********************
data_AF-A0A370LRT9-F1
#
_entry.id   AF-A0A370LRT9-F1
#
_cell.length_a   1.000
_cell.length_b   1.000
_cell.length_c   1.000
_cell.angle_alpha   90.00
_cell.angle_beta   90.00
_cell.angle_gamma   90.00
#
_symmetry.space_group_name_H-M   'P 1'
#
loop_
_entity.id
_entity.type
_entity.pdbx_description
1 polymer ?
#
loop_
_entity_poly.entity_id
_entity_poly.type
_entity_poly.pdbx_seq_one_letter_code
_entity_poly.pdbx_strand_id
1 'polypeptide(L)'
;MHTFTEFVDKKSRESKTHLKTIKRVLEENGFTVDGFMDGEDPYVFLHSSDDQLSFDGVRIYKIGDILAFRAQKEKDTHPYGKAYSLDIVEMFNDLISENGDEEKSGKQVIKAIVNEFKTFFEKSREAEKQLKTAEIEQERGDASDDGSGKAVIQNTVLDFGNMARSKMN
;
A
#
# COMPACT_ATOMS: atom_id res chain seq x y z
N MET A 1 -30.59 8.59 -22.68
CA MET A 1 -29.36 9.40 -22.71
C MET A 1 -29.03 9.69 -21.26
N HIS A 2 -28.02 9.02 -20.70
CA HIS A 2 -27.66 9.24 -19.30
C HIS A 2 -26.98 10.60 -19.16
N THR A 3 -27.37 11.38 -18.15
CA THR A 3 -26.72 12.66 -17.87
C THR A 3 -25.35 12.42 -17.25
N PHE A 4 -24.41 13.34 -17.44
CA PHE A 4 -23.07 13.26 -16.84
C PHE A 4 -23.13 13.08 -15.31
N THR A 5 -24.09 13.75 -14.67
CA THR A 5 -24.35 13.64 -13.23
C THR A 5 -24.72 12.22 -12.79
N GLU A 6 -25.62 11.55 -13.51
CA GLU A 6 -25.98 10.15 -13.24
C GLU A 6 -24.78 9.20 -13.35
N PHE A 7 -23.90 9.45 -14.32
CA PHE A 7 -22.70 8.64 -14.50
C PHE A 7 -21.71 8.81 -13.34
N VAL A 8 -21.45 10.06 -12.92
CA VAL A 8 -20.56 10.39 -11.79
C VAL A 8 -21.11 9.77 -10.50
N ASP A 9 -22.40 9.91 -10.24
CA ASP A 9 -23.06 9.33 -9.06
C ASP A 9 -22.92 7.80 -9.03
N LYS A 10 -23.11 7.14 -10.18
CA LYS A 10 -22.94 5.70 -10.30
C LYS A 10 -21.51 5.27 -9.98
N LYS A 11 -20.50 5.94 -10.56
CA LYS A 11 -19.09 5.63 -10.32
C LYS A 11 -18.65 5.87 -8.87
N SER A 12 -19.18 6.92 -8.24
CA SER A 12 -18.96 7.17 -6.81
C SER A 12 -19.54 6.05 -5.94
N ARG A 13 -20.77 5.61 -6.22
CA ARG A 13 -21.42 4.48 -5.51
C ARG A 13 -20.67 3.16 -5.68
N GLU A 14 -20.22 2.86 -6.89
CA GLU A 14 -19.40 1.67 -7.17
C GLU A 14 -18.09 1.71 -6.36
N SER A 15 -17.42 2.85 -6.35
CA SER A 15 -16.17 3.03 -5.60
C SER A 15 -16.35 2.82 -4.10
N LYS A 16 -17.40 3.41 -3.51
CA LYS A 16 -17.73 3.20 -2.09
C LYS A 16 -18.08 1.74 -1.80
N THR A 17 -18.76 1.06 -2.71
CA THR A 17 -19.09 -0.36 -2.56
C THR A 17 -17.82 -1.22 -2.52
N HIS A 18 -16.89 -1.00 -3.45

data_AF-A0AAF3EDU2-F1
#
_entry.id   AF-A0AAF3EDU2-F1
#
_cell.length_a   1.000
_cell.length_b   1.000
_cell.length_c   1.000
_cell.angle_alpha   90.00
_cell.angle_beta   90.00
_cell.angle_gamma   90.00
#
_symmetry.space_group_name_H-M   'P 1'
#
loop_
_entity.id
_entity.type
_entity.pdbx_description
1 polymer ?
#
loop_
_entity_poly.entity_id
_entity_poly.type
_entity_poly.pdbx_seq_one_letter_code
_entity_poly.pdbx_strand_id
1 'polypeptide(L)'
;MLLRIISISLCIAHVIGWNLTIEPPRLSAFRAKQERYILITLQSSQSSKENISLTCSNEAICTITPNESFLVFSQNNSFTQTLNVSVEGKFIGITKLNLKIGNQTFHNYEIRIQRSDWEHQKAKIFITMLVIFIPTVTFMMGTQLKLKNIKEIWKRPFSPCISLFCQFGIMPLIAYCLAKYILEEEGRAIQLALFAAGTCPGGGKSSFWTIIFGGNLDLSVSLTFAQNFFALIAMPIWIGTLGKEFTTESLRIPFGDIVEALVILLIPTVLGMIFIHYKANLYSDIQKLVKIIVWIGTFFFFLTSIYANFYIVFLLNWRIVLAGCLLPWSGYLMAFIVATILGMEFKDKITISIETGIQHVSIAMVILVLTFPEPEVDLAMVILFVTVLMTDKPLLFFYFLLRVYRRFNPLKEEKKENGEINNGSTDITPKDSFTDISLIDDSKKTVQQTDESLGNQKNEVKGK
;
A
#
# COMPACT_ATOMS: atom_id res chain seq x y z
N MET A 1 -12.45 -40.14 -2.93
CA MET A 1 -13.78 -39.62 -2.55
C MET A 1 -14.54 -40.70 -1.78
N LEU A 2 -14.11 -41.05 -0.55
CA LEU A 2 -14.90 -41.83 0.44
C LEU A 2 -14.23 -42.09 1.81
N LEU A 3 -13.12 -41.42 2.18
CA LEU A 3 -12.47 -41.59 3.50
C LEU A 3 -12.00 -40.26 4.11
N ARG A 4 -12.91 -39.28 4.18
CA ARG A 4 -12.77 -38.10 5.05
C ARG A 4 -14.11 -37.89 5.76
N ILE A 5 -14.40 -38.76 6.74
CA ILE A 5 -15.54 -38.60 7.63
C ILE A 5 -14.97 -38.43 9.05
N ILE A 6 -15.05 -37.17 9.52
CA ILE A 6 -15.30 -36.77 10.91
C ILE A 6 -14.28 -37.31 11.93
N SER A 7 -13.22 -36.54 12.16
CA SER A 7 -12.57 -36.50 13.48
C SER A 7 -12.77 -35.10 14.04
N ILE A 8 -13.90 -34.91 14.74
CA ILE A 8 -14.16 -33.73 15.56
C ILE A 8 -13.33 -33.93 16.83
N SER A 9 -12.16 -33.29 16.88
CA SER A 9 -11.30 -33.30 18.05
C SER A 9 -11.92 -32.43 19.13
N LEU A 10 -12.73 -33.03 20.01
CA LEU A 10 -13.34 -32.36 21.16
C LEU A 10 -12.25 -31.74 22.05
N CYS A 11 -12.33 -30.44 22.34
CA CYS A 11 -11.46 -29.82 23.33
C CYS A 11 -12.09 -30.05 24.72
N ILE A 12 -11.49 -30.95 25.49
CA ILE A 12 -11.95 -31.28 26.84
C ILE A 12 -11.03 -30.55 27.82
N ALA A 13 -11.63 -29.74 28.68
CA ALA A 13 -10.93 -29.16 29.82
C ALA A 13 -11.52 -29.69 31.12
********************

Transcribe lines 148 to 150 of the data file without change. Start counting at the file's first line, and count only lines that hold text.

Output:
C ILE A 12 -11.03 -30.55 27.82
N ALA A 13 -11.63 -29.74 28.68
CA ALA A 13 -10.93 -29.16 29.82